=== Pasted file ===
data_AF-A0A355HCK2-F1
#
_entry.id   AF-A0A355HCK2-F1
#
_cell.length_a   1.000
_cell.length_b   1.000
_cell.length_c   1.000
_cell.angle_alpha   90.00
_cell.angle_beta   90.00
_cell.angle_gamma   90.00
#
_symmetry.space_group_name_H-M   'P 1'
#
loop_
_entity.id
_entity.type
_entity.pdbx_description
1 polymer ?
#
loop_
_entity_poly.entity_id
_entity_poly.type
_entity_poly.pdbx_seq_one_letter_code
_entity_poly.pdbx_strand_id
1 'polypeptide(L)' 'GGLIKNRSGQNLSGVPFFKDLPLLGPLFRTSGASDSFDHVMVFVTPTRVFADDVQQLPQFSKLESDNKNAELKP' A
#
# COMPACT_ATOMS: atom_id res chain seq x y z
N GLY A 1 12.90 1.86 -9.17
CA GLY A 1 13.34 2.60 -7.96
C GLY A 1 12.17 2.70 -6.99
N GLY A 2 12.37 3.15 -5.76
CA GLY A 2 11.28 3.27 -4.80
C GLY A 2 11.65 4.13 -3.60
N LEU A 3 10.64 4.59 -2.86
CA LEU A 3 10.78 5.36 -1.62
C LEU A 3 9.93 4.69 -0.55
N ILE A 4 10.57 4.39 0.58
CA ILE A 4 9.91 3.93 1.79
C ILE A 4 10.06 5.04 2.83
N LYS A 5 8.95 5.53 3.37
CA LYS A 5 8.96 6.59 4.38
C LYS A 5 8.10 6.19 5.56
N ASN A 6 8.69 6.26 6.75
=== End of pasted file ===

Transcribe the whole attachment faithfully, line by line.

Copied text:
data_AF-A0A355HCK2-F1
#
_entry.id   AF-A0A355HCK2-F1
#
_cell.length_a   1.000
_cell.length_b   1.000
_cell.length_c   1.000
_cell.angle_alpha   90.00
_cell.angle_beta   90.00
_cell.angle_gamma   90.00
#
_symmetry.space_group_name_H-M   'P 1'
#
loop_
_entity.id
_entity.type
_entity.pdbx_description
1 polymer ?
#
loop_
_entity_poly.entity_id
_entity_poly.type
_entity_poly.pdbx_seq_one_letter_code
_entity_poly.pdbx_strand_id
1 'polypeptide(L)' 'GGLIKNRSGQNLSGVPFFKDLPLLGPLFRTSGASDSFDHVMVFVTPTRVFADDVQQLPQFSKLESDNKNAELKP' A
#
# COMPACT_ATOMS: atom_id res chain seq x y z
N GLY A 1 12.90 1.86 -9.17
CA GLY A 1 13.34 2.60 -7.96
C GLY A 1 12.17 2.70 -6.99
N GLY A 2 12.37 3.15 -5.76
CA GLY A 2 11.28 3.27 -4.80
C GLY A 2 11.65 4.13 -3.60
N LEU A 3 10.64 4.59 -2.86
CA LEU A 3 10.78 5.36 -1.62
C LEU A 3 9.93 4.69 -0.55
N ILE A 4 10.57 4.39 0.58
CA ILE A 4 9.91 3.93 1.79
C ILE A 4 10.06 5.04 2.83
N LYS A 5 8.95 5.53 3.37
CA LYS A 5 8.96 6.59 4.38
C LYS A 5 8.10 6.19 5.56
N ASN A 6 8.69 6.26 6.75